HC Deb 15 February 1966 vol 724 cc1107-8
Q5. Mr. William Hamilton

asked the Prime Minister if he will initiate an inquiry into the extent and desirability of the practice whereby infringements or evasion of statute law are dealt with in secret outside the law courts by private bodies, with a view to introducing legislation to stop this practice.

The Prime Minister

If my hon. Friend is referring to the recent Stock Exchange investigation into bond washing, the inquiry was necessary since it concerned breaches of Stock Exchange rules designed to facilitate the enforcement of the statutory provisions. As my hon. Friend knows, the Inland Revenue is making a comprehensive investigation of these transactions.

Mr. Hamilton

Does not my right hon. Friend agree that it is a thoroughly dangerous practice that what is, in effect, a private court should sit in private, without knowledge by the public, and impose penalties on people who have, so far as I know, no right of appeal from that court? Will my right hon. Friend undertake to see that these people pay the taxes which they are now evading to an enormous extent and that the necessary action is taken by a public body accountable to this House?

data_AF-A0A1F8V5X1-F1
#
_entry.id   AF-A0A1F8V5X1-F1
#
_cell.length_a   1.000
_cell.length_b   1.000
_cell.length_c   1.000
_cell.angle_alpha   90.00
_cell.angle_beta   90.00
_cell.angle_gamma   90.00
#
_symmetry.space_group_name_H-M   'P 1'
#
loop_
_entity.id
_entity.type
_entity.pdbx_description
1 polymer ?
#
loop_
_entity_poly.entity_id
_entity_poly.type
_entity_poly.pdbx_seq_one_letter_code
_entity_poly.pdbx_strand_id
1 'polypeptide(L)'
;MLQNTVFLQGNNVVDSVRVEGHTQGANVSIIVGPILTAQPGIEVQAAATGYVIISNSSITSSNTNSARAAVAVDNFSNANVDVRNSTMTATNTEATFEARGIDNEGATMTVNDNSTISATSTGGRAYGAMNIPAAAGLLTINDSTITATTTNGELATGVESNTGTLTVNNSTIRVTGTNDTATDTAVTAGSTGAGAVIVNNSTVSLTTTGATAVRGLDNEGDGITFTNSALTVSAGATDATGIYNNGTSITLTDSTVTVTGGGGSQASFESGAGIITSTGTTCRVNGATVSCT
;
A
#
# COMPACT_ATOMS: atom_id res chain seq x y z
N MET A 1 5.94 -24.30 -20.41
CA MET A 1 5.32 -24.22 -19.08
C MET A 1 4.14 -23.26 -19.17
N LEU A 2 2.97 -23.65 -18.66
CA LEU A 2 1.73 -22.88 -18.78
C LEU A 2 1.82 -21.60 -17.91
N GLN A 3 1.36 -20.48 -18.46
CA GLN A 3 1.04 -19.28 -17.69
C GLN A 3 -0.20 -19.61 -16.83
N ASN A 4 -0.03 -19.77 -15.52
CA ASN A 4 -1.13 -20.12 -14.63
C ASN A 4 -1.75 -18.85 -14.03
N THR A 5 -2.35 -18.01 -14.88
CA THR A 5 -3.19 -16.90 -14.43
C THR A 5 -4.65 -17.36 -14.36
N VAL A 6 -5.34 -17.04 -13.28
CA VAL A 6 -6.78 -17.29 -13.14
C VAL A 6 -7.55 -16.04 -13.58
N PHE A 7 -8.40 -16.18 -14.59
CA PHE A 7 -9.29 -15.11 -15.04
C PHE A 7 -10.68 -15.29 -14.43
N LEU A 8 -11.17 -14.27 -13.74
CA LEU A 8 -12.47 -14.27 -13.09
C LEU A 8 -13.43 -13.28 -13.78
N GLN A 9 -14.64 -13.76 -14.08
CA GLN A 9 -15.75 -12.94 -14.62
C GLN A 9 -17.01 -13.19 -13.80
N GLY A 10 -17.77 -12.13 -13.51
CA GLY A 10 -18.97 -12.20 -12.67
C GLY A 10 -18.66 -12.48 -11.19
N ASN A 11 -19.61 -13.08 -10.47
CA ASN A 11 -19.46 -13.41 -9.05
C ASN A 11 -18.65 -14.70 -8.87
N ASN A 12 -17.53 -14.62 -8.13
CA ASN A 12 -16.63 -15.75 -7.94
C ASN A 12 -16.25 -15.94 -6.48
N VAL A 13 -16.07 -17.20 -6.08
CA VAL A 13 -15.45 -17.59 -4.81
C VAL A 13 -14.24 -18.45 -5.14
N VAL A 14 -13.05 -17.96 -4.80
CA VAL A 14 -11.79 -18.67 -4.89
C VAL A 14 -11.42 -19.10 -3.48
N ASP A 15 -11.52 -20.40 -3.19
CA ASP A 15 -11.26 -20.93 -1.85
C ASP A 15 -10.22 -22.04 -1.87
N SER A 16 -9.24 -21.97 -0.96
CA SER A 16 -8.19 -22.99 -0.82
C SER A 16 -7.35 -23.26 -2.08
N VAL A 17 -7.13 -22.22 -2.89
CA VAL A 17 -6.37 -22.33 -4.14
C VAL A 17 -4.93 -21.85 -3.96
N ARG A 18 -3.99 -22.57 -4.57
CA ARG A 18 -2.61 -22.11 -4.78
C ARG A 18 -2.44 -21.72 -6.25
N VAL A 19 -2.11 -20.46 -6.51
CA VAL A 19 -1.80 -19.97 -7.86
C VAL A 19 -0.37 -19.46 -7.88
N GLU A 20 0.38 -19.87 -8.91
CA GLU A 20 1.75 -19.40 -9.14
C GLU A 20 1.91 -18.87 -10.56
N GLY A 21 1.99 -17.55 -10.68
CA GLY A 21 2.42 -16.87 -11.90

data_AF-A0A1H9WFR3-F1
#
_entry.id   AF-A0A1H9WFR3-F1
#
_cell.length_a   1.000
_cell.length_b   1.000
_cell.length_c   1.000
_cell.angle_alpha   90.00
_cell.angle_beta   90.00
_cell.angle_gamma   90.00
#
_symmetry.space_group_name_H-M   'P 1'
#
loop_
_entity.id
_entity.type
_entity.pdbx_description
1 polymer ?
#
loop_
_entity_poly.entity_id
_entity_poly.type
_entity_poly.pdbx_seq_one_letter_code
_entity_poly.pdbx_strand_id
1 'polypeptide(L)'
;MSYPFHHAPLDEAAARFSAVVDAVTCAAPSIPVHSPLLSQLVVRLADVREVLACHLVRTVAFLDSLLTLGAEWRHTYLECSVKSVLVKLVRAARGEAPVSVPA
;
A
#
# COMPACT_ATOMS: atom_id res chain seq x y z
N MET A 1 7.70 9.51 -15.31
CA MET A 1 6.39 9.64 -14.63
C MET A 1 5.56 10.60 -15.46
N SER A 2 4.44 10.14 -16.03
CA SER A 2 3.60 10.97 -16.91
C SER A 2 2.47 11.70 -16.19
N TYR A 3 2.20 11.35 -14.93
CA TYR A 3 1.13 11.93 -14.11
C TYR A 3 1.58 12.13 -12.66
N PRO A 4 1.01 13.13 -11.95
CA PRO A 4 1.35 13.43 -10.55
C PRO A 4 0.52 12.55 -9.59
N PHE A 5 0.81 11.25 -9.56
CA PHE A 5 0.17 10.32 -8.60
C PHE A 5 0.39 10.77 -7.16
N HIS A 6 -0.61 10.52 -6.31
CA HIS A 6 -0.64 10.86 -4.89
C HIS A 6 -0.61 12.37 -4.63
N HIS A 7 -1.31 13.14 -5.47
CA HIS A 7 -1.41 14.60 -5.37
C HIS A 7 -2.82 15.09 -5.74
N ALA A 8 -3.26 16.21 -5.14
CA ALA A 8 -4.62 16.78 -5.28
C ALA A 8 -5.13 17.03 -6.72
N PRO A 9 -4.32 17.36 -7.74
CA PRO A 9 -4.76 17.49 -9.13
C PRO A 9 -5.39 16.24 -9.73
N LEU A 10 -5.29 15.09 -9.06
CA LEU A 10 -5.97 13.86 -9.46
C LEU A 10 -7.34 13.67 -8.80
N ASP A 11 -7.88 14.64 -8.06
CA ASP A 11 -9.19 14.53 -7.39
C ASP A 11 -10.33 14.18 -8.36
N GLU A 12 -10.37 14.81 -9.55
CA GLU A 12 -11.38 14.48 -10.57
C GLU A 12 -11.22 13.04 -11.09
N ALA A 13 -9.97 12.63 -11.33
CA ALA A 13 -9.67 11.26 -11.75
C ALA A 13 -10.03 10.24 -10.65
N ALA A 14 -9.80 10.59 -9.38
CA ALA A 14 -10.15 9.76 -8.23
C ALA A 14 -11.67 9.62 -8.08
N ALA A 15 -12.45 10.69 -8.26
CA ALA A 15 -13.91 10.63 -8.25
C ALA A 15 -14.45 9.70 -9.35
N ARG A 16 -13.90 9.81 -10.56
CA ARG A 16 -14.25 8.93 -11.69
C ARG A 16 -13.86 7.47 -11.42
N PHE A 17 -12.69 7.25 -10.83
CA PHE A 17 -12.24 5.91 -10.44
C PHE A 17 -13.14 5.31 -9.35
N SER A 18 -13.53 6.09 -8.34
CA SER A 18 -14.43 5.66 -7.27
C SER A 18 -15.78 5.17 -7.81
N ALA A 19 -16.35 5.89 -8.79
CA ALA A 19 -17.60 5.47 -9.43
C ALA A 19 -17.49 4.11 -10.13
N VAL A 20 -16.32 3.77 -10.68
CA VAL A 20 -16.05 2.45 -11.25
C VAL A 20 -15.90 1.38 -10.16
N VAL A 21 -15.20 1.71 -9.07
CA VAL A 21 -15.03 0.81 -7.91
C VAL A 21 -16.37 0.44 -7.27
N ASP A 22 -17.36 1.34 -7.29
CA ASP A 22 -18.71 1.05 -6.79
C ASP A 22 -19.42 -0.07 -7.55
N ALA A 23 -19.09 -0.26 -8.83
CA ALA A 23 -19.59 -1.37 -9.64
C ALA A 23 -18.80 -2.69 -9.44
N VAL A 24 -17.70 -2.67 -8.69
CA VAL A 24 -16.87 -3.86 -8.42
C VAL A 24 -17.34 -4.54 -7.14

The Prime Minister

That raises several questions. Where there was a breach of the Stock Exchange's own regulations, it was entirely appropriate for the Stock Exchange to inquire into it. If there is any question of an evasion of taxation—I use the word "evasion", meaning a breach of the law—this is a matter for the Inland Revenue to deal with. Third, if it is a question of tax avoidance because the law was not drawn tightly enough, this will be a matter for legislation. But I think that the lesson of the whole business is that some people in the City, at any rate, might be better employed trying to help the export trade and to meet this country's industrial requirements rather than spending all their time on activities of this sort.

Sir J. Rodgers

Will the Prime Minister agree that the Stock Exchange is to be commended for the action it took in putting its own house in order and taking this action against a breach of its own regulations and rules?

The Prime Minister

As I said, I think that the Stock Exchange was right to inquire into any breaches of its own regulations, and, if those regulations need tightening, I hope that the Stock Exchange will take whatever action is necessary. That is for the Stock Exchange. The question of breaches of the law or the dodging of taxes is a matter for the Inland Revenue.